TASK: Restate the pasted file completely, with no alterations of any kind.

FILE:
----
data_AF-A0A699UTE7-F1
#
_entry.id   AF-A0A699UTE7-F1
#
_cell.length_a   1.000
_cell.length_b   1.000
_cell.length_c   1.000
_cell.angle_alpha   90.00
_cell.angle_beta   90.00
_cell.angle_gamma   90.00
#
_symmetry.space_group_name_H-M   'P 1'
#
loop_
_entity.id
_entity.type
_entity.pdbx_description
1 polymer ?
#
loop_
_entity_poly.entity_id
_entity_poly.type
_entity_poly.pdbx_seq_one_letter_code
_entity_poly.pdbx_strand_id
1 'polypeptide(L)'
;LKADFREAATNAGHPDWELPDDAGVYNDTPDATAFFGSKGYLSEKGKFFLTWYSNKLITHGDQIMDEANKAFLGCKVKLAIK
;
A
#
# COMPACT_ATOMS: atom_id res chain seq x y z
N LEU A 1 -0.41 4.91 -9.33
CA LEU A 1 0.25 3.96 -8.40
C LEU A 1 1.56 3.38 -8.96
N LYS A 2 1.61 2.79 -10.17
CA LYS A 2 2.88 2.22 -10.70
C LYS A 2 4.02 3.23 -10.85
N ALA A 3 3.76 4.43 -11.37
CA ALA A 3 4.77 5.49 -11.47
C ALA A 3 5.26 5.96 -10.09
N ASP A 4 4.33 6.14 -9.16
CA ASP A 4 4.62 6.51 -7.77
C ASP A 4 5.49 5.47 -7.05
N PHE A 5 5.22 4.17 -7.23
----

data_AF-A0A699UTE7-F1
#
_entry.id   AF-A0A699UTE7-F1
#
_cell.length_a   1.000
_cell.length_b   1.000
_cell.length_c   1.000
_cell.angle_alpha   90.00
_cell.angle_beta   90.00
_cell.angle_gamma   90.00
#
_symmetry.space_group_name_H-M   'P 1'
#
loop_
_entity.id
_entity.type
_entity.pdbx_description
1 polymer ?
#
loop_
_entity_poly.entity_id
_entity_poly.type
_entity_poly.pdbx_seq_one_letter_code
_entity_poly.pdbx_strand_id
1 'polypeptide(L)'
;LKADFREAATNAGHPDWELPDDAGVYNDTPDATAFFGSKGYLSEKGKFFLTWYSNKLITHGDQIMDEANKAFLGCKVKLAIK
;
A
#
# COMPACT_ATOMS: atom_id res chain seq x y z
N LEU A 1 -0.41 4.91 -9.33
CA LEU A 1 0.25 3.96 -8.40
C LEU A 1 1.56 3.38 -8.96
N LYS A 2 1.61 2.79 -10.17
CA LYS A 2 2.88 2.22 -10.70
C LYS A 2 4.02 3.23 -10.85
N ALA A 3 3.76 4.43 -11.37
CA ALA A 3 4.77 5.49 -11.47
C ALA A 3 5.26 5.96 -10.09
N ASP A 4 4.33 6.14 -9.16
CA ASP A 4 4.62 6.51 -7.77
C ASP A 4 5.49 5.47 -7.05
N PHE A 5 5.22 4.17 -7.23